How Long Will the House Impeachment Inquiry Last?

How long do you think the impeachment inquiry into President Trump will last?

Not terribly long. Democrats are eager to move quickly. It's why you see the House Intelligence Committee still working this week, with the rest of Congress on recess. They definitely want to have it done by the end of this year so look for a fast process.

Does President Trump still have the confidence of the Republican Party?

Well he has the confidence of Republican voters where his numbers remain very high. I think there are some wavering privately among Republican officials on Capitol Hill, even in the Senate. So, I think if the political numbers were to move for Trump you might see his support on the Hill become shaky.

What political story is getting swamped by all of the attention on impeachment?

Well I think there are a couple of them. One being the USMCA the successor to NAFTA could get lost in all of this. Not much time for Congress to work on it by the end of the year. That could be a real problem if USMCA isn't passed and perhaps NAFTA goes away. The other, the big cut to the number of refugees that the United States accepts every year. That's got kind of lost in impeachment but definitely a change from the way America usually treats refugees. So, there are a couple of things that are getting swamped.

Electricity consumption in our homes contributes 25% of all greenhouse gas emissions. What if we could transform this huge contributing factor into a solution? That's what Eni's luminescent solar concentrators can do. These transparent, colored slabs can be inserted into home windows to capture solar energy and generate electricity. By adjusting to the brightness and temperature of your home, they can even save you money on heating and air conditioning costs.

Learn more at Eniday: Energy Is A Good Story

How did an entire country's media spread false news for a night?

Fascinating case study in France over the weekend. For less than a day, we thought that the most wanted men in the country had been caught in Scotland. Turned out to be a case of mistaken identity. The so-called news was actually reported quite carefully at first, on Friday night with careful words. But the language quickly moved from conditional to categorical and therefore, to misinformation through human error. What you have here is the tension between being first and being right, which has always been present in journalism but is more and more as you have these 24 hour news channels, social media, and the incredible economic pressure on news sites that are advertising based and therefore click based.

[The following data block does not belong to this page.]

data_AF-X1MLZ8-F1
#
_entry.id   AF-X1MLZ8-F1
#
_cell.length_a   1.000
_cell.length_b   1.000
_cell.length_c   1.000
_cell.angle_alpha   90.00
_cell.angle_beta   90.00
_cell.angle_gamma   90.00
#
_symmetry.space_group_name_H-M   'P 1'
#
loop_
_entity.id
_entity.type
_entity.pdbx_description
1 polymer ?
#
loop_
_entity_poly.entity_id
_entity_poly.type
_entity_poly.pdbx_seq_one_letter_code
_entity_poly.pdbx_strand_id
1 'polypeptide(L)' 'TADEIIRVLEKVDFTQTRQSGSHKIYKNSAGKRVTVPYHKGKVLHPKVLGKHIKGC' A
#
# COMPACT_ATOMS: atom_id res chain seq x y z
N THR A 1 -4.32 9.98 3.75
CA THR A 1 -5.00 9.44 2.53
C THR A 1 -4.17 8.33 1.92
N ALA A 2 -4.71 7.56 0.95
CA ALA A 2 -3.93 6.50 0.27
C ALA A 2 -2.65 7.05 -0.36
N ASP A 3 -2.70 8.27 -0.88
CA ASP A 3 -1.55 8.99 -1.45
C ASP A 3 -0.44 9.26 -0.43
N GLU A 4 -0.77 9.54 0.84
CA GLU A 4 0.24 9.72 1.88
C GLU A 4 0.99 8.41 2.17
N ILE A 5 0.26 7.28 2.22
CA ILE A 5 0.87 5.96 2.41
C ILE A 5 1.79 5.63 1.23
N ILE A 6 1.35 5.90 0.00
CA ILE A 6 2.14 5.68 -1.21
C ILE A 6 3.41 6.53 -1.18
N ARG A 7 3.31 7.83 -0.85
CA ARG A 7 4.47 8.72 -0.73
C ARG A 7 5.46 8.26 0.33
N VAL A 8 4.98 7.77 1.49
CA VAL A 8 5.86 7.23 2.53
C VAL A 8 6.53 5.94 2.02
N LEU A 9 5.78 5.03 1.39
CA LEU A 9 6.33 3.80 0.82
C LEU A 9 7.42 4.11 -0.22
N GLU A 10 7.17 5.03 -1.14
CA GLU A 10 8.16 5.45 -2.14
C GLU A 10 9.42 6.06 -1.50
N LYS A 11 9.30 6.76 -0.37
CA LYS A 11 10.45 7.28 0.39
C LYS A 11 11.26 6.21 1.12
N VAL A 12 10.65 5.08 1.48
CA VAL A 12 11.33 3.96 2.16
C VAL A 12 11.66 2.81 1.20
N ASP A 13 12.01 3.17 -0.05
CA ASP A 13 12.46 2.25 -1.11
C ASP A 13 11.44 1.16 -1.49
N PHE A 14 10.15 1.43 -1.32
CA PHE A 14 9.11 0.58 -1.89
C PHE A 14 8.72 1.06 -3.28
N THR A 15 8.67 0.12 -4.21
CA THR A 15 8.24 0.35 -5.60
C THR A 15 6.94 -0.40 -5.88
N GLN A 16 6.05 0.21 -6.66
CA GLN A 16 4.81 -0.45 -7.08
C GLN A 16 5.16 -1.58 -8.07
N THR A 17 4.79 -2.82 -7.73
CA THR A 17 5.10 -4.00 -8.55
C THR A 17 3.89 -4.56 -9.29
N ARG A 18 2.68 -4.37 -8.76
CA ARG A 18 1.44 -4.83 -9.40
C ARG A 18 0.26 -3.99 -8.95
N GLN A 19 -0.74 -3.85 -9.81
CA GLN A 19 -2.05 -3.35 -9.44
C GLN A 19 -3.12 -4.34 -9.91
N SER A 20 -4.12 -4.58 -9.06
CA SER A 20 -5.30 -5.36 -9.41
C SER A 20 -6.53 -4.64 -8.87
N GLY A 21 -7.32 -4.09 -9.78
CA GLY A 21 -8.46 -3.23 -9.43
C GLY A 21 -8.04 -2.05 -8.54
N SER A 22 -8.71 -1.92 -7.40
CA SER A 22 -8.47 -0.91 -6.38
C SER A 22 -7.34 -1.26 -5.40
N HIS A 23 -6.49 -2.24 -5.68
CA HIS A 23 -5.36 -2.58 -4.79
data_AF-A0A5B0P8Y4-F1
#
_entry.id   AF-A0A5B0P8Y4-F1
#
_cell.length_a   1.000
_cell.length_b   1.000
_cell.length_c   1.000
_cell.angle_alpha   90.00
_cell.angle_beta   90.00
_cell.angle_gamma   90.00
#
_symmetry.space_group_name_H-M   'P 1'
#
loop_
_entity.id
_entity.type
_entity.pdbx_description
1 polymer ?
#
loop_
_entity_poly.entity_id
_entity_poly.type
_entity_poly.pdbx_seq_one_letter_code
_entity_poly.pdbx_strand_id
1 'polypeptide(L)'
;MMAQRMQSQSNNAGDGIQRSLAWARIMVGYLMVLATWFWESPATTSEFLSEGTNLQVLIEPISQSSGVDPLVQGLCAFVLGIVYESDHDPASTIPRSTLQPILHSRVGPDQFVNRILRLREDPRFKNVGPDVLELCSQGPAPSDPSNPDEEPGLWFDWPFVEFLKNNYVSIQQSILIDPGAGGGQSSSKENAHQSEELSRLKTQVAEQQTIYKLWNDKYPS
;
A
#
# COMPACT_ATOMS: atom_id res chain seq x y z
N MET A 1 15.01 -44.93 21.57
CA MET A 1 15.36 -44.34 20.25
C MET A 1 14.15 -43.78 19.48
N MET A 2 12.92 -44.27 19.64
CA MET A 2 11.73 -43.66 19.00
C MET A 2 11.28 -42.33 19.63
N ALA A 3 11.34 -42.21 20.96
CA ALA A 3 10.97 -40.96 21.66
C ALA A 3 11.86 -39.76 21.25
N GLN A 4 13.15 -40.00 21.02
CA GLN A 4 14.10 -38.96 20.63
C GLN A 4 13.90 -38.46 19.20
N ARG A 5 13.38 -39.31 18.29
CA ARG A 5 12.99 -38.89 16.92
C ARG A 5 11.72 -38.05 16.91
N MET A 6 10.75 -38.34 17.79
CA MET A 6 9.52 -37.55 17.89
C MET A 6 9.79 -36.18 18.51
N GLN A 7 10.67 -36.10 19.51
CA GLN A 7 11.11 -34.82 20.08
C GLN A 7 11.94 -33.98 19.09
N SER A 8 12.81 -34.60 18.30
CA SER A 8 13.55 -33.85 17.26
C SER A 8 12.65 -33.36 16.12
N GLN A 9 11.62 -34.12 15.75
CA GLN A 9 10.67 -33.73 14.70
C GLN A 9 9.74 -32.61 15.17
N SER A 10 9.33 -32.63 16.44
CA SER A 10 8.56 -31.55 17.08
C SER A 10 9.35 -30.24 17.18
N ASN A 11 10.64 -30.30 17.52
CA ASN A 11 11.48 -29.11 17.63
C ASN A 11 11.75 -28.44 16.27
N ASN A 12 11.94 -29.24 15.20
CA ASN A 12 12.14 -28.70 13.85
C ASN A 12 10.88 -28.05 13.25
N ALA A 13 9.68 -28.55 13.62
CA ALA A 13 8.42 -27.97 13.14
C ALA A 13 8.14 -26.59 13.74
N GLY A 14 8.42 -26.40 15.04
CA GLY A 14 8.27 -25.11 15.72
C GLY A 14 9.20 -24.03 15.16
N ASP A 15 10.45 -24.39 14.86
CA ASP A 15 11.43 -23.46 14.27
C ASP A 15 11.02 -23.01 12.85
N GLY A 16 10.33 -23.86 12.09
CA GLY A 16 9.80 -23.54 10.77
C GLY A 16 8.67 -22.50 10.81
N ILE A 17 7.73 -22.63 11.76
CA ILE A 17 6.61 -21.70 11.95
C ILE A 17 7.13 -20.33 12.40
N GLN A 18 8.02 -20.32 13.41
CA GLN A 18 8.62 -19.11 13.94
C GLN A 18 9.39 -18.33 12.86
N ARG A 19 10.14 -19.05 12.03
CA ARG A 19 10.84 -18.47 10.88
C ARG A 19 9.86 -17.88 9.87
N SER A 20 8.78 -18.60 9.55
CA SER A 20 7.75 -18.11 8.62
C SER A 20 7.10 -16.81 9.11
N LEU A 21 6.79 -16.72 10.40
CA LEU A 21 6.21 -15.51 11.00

More Show less

Donald Trump announced a fresh "phase 1" trade deal with China last week, part of his ongoing bid to reduce the United States' huge trade deficit with China. The US has been buying more from China than China buys from the US for decades, but since coming into office Trump has made reducing that deficit central to his "America First" agenda. It's not easy to do. Consider that in 2018, after two full years of the Trump administration, the trade deficit with China actually swelled to its highest level since the Clinton years. That's because many perfectly healthy economic factors contribute to a trade deficit: stronger economic growth under Trump has meant more demand for foreign goods, so as long as the economy keeps humming along, it will be hard for Trump to reduce the deficit. Likewise, the strong US dollar makes foreign goods cheaper for US consumers to import, while China's own economic slowdown in 2018 decreased Chinese demand for American goods. For a historical perspective on all of this, here's a look at how the US-China trade balance has developed under each US president going back to 1993.

On Friday, we detailed the main arguments for and against President Trump's decision to withdraw US troops from a pocket of northern Syria where their presence had protected Washington's Kurdish allies against an attack from Turkey. We then asked Signal readers to let us know what they thought.

More Show less

Dangerous Chaos in Syria – Turkey's military move into northern Syria had two stated goals: to push Kurdish fighters inside Syria further from Turkey's border and to create a "safe zone" inside Syria in which Turkey could place up to two million Syrian refugees currently living in camps inside Turkey. But the Kurds have now allied with Syria's army, which is backed by Russia, and these forces are now moving north into that same territory toward Turkish troops and Arab militias backed by Ankara. Meanwhile, large numbers of ISIS fighters and their families have escaped prisons where Kurds had held them captive. Turkey's President Erdogan vows to press ahead with his operation until "ultimate victory is achieved." Pandora's Box is now wide open.

More Show less